I’m not a person that will often spend a Sunday afternoon watching golf on TV, but I must admit that every spring, I look forward to watching the last round of the Masters.
Golf is a sport that rewards practice, consistency, strategy and courage, and the Masters is the event that illustrates this best. It attracts the best golfers in the world, and sets a stage that motivates them to the limits of their game, often resulting in tremendous drama.
Even though it’s a sporting event, there is much that we as manufacturers and company leaders can learn from it. Business, after all, is a competition, just like a golf tournament. The players are all competitors, in business and in sports; they all strive to be the best overall, and to try to win the day.
Bubba Watson won the event on this day, in a very dramatic fashion. Many people are going to point to his shot out of the trees on the first playoff hole as the reason he won and, indeed, it was a difference maker. The reason he could make that shot is where the lessons lay.
In an interview, he described the thoughts leading up to that shot, saying he “saw the shot in his mind and then just hit it,” completely confident that he could bend it 40 yards left to right, around the trees, and land it on the green.
But simply “seeing it” doesn’t tell the whole story. These athletes can only make these incredible shots that they see in their minds because they practice relentlessly just to be
ready for that particular time. Every shot that they may need to make in the course of a tournament has been practised repeatedly and regularly — tee shots, fairway shots, approach shots, sand shots and, yes, even 40-yard benders out of the trees.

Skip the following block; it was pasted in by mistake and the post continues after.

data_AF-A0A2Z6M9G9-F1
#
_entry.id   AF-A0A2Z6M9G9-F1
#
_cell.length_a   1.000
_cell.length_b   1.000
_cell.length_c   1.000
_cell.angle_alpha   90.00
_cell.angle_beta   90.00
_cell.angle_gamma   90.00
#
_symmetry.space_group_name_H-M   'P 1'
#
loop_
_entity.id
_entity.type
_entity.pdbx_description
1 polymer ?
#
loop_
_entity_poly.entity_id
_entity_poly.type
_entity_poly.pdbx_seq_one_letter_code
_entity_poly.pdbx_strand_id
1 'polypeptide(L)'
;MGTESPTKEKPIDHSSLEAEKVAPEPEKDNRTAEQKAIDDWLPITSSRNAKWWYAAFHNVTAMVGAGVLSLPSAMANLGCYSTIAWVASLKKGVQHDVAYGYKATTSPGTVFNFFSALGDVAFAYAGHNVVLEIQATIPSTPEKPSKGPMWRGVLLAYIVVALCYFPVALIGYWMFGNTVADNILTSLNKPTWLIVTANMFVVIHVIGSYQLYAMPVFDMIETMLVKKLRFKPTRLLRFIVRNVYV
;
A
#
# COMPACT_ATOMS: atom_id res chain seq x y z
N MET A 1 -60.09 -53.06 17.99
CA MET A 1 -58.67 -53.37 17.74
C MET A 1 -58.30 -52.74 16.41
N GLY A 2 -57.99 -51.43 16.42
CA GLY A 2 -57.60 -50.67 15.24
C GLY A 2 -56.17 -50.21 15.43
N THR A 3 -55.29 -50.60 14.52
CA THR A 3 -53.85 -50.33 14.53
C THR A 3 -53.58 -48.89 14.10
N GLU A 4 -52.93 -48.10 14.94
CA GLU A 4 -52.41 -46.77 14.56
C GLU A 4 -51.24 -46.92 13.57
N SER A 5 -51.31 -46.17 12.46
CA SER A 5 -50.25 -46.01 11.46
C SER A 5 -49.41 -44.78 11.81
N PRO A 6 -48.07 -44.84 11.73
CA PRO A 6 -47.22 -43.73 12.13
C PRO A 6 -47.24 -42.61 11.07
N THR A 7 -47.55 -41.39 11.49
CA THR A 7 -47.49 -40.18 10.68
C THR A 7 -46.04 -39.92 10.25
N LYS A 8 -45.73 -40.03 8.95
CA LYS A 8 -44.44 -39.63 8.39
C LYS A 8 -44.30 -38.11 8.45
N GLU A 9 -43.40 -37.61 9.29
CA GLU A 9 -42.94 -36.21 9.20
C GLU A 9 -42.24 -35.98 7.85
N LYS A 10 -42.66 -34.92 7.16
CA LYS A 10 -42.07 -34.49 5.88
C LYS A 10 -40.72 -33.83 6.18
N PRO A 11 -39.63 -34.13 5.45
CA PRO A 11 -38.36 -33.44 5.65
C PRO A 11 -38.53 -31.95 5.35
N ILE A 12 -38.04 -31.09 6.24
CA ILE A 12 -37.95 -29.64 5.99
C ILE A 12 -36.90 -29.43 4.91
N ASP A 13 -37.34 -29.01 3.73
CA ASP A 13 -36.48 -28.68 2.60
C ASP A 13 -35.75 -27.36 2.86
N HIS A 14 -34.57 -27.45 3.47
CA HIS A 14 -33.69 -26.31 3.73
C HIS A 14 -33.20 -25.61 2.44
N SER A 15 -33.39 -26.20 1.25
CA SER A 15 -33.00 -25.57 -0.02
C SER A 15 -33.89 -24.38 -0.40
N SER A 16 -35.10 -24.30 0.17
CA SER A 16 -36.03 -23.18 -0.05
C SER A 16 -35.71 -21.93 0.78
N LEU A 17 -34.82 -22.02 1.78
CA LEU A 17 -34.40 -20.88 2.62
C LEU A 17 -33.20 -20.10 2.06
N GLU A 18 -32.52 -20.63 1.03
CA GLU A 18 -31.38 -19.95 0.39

Earlier in the day, Louis Oosthuizen hit his own perfect shot when he double-eagled the second hole — the first ever on the second hole and only the fourth in Masters history, setting up the drama for the finish. And before that, Bo Van Pelt hit a perfect shot when he aced the par three 16th hole. But as incredible as some of these shots were, individual shots don’t win the day. When you only win by a single shot, making every other shot is equally as important to the outcome. The difference for many of the top competitors that day was not the shots they made, but the shots that they failed to make.
As riveting as the final holes and playoffs were, I found the interviews with the new champion equally compelling. Bubba Watson plays the game a little different than anyone else, choosing to rely on his own approach to the game, and each shot, never having taken a lesson to learn someone else’s techniques. Does he think everyone else is doing it wrong? No, not all; he just understands that it’s not right for him. He knows his own game, and he plays the game that he knows.
There are many life and business lessons that can be learned from sports, and the 2012 Masters tournament is no exception.
It’s June now — perfect golfing weather. It’s time to get in a few rounds. Just think of it as working on your business while you are working on your game.
This column originally appeared in the June 2012 issue of Manufacturing AUTOMATION.